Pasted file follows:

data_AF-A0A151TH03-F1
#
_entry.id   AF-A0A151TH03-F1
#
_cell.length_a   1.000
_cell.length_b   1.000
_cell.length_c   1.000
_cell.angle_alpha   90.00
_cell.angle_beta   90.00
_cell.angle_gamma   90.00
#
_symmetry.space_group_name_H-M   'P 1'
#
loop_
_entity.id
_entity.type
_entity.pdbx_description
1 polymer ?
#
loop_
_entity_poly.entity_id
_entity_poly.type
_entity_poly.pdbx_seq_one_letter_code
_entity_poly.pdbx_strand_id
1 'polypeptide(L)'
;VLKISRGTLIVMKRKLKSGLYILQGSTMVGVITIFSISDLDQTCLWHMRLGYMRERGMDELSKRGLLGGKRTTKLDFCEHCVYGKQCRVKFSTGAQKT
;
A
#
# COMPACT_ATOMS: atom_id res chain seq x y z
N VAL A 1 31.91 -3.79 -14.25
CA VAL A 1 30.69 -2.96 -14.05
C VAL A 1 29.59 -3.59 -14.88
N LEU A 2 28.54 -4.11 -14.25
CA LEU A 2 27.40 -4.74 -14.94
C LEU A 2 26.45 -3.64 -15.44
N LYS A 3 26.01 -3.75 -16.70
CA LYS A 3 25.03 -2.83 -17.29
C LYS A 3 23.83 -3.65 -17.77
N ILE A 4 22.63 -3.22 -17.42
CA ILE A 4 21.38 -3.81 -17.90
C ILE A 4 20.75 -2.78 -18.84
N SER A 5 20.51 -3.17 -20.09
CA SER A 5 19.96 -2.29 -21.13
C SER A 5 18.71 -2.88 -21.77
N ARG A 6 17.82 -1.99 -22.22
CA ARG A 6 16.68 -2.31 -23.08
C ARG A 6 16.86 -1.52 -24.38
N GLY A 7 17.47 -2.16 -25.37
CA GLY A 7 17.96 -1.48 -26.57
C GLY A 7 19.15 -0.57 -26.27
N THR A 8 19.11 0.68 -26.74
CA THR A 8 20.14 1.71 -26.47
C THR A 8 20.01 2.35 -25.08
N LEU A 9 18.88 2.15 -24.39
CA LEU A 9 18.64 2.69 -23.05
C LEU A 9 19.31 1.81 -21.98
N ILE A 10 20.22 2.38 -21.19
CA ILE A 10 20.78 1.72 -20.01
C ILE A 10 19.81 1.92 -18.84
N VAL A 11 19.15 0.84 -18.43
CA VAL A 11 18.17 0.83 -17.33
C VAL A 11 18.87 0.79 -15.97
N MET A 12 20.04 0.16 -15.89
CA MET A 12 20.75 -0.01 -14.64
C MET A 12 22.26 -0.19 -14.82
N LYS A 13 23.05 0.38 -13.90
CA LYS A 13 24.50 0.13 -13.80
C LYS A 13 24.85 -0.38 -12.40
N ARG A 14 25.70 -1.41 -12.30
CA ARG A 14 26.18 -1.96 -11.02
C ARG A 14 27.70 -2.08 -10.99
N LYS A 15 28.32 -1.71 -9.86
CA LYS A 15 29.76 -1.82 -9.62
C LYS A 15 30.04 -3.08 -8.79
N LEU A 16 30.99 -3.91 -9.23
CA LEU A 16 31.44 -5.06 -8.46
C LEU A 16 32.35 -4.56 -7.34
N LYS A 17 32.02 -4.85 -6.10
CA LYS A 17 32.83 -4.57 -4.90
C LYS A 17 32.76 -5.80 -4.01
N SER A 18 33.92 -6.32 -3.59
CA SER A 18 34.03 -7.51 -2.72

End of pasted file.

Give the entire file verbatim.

data_AF-A0A151TH03-F1
#
_entry.id   AF-A0A151TH03-F1
#
_cell.length_a   1.000
_cell.length_b   1.000
_cell.length_c   1.000
_cell.angle_alpha   90.00
_cell.angle_beta   90.00
_cell.angle_gamma   90.00
#
_symmetry.space_group_name_H-M   'P 1'
#
loop_
_entity.id
_entity.type
_entity.pdbx_description
1 polymer ?
#
loop_
_entity_poly.entity_id
_entity_poly.type
_entity_poly.pdbx_seq_one_letter_code
_entity_poly.pdbx_strand_id
1 'polypeptide(L)'
;VLKISRGTLIVMKRKLKSGLYILQGSTMVGVITIFSISDLDQTCLWHMRLGYMRERGMDELSKRGLLGGKRTTKLDFCEHCVYGKQCRVKFSTGAQKT
;
A
#
# COMPACT_ATOMS: atom_id res chain seq x y z
N VAL A 1 31.91 -3.79 -14.25
CA VAL A 1 30.69 -2.96 -14.05
C VAL A 1 29.59 -3.59 -14.88
N LEU A 2 28.54 -4.11 -14.25
CA LEU A 2 27.40 -4.74 -14.94
C LEU A 2 26.45 -3.64 -15.44
N LYS A 3 26.01 -3.75 -16.70
CA LYS A 3 25.03 -2.83 -17.29
C LYS A 3 23.83 -3.65 -17.77
N ILE A 4 22.63 -3.22 -17.42
CA ILE A 4 21.38 -3.81 -17.90
C ILE A 4 20.75 -2.78 -18.84
N SER A 5 20.51 -3.17 -20.09
CA SER A 5 19.96 -2.29 -21.13
C SER A 5 18.71 -2.88 -21.77
N ARG A 6 17.82 -1.99 -22.22
CA ARG A 6 16.68 -2.31 -23.08
C ARG A 6 16.86 -1.52 -24.38
N GLY A 7 17.47 -2.16 -25.37
CA GLY A 7 17.96 -1.48 -26.57
C GLY A 7 19.15 -0.57 -26.27
N THR A 8 19.11 0.68 -26.74
CA THR A 8 20.14 1.71 -26.47
C THR A 8 20.01 2.35 -25.08
N LEU A 9 18.88 2.15 -24.39
CA LEU A 9 18.64 2.69 -23.05
C LEU A 9 19.31 1.81 -21.98
N ILE A 10 20.22 2.38 -21.19
CA ILE A 10 20.78 1.72 -20.01
C ILE A 10 19.81 1.92 -18.84
N VAL A 11 19.15 0.84 -18.43
CA VAL A 11 18.17 0.83 -17.33
C VAL A 11 18.87 0.79 -15.97
N MET A 12 20.04 0.16 -15.89
CA MET A 12 20.75 -0.01 -14.64
C MET A 12 22.26 -0.19 -14.82
N LYS A 13 23.05 0.38 -13.90
CA LYS A 13 24.50 0.13 -13.80
C LYS A 13 24.85 -0.38 -12.40
N ARG A 14 25.70 -1.41 -12.30
CA ARG A 14 26.18 -1.96 -11.02
C ARG A 14 27.70 -2.08 -10.99
N LYS A 15 28.32 -1.71 -9.86
CA LYS A 15 29.76 -1.82 -9.62
C LYS A 15 30.04 -3.08 -8.79
N LEU A 16 30.99 -3.91 -9.23
CA LEU A 16 31.44 -5.06 -8.46
C LEU A 16 32.35 -4.56 -7.34
N LYS A 17 32.02 -4.85 -6.10
CA LYS A 17 32.83 -4.57 -4.90
C LYS A 17 32.76 -5.80 -4.01
N SER A 18 33.92 -6.32 -3.59
CA SER A 18 34.03 -7.51 -2.72